Monday, February 09, 2009
Basic Economics: Necessities
At heart, modern capitalism is designed to devour the lower tiers of society without mercy. Capitalism only cares if you have money, materials or labor. This can be simplified as the ability to create products or to purchase them. The needs of society and its members are moot, literally inconsequential to the process of acquiring capital resources. Or rather it is only important as it affects labor or the consumer ends of the equation.
Humans have a few very basic needs to merely survive from day-to-day: nourishing food, clean water, adequate shelter. Coming close on those is social interaction/community, basic health care, meaningful work and some leisure time. (Some might contest the necessity of leisure time but I'd argue that without it many people lose something intrinsic to their humanity.)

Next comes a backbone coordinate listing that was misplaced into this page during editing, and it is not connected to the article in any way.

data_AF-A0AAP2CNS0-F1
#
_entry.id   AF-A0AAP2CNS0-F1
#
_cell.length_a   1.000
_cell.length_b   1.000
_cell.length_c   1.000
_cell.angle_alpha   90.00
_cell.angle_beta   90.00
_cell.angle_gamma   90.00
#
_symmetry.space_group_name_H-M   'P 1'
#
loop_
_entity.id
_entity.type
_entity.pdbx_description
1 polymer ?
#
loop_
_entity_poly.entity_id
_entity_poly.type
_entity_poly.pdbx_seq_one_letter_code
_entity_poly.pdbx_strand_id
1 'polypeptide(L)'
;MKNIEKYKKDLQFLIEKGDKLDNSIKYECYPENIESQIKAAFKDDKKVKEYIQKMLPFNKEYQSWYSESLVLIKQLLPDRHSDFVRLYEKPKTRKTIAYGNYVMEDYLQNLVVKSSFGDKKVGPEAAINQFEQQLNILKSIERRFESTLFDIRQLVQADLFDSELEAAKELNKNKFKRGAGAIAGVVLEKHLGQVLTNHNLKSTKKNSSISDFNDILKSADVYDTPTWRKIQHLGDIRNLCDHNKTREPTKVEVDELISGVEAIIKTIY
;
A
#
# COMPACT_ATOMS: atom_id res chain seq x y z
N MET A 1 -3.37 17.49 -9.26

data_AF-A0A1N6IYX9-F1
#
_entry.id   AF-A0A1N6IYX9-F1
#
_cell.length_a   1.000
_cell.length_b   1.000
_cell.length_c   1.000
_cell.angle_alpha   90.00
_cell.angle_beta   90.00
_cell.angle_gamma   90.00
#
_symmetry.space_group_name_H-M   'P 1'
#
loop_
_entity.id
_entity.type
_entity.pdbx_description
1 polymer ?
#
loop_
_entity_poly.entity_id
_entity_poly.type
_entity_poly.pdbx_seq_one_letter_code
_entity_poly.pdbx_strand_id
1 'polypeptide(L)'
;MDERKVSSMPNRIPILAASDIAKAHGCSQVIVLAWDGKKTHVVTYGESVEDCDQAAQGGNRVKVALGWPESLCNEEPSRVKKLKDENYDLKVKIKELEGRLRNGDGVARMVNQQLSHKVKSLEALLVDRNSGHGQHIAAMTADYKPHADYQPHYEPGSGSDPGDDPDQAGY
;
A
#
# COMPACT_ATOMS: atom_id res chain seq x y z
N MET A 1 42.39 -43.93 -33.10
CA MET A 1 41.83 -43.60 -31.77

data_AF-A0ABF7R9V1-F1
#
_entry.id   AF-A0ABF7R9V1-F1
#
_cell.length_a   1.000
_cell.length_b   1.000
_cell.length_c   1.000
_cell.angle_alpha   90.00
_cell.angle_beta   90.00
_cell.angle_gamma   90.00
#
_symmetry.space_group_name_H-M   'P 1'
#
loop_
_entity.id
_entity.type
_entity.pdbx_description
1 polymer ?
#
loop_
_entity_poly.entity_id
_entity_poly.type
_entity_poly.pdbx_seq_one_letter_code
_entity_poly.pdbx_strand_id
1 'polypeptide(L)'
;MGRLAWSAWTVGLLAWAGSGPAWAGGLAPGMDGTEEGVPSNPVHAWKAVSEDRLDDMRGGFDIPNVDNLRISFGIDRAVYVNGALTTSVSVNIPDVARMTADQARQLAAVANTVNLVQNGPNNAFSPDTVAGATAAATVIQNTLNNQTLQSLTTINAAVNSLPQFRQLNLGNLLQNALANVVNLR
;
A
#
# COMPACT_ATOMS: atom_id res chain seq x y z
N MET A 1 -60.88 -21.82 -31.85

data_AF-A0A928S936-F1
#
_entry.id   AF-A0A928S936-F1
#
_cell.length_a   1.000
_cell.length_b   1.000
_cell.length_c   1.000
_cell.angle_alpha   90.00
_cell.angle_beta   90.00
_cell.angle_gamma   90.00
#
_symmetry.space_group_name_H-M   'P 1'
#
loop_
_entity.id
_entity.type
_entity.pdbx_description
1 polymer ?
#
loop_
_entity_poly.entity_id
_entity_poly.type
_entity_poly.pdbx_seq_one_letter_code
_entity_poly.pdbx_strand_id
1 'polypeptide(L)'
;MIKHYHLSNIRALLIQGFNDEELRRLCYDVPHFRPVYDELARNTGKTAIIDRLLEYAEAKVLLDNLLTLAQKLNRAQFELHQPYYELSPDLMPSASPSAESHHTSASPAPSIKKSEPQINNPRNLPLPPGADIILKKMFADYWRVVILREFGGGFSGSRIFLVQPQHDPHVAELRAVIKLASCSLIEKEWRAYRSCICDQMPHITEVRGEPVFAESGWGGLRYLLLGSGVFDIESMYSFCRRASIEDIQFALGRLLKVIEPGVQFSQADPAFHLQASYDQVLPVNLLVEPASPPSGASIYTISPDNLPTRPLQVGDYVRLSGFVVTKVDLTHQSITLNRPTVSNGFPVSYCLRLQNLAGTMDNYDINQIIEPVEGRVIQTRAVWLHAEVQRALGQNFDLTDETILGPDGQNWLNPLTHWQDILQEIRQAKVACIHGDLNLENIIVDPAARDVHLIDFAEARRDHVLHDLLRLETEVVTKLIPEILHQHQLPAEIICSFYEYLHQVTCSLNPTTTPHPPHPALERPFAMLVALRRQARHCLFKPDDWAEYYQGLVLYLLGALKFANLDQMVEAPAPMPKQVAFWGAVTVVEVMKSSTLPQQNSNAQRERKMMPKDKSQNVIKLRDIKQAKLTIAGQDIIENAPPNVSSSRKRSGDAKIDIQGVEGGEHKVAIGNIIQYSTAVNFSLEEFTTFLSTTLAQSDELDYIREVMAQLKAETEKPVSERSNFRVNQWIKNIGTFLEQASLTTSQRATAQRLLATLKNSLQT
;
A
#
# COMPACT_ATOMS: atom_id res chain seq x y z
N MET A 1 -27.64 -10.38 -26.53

US society is exceptionally artificial and alienated from the natural world in many ways. The vast majority of Americans live in urban centers or the sub-urban communities surrounding these centers. This affects those basic needs.
A prime example of is food. No urban center is able to feed itself. Think about that for a moment. There is no farmland to speak of in an urban center. No significant livestock. Because of this, if there was a significant disruption of our transportation system, cities would begin starving almost immediately. I'm not talking a terrorist attack. Just an increase in the price of gas to affect truckers would do it. The peak price of gas last summer created a crisis for truckers.
While the Cold Warriors have been busy congratulating themselves about the collapse of the Soviet Union, we've been placid about the problems of capitalism. No society or economic system is so prosperous and perfect that it can't collapse catastrophically.
I'd like to see a society that provides for the basic needs of its people. The USA isn't doing this.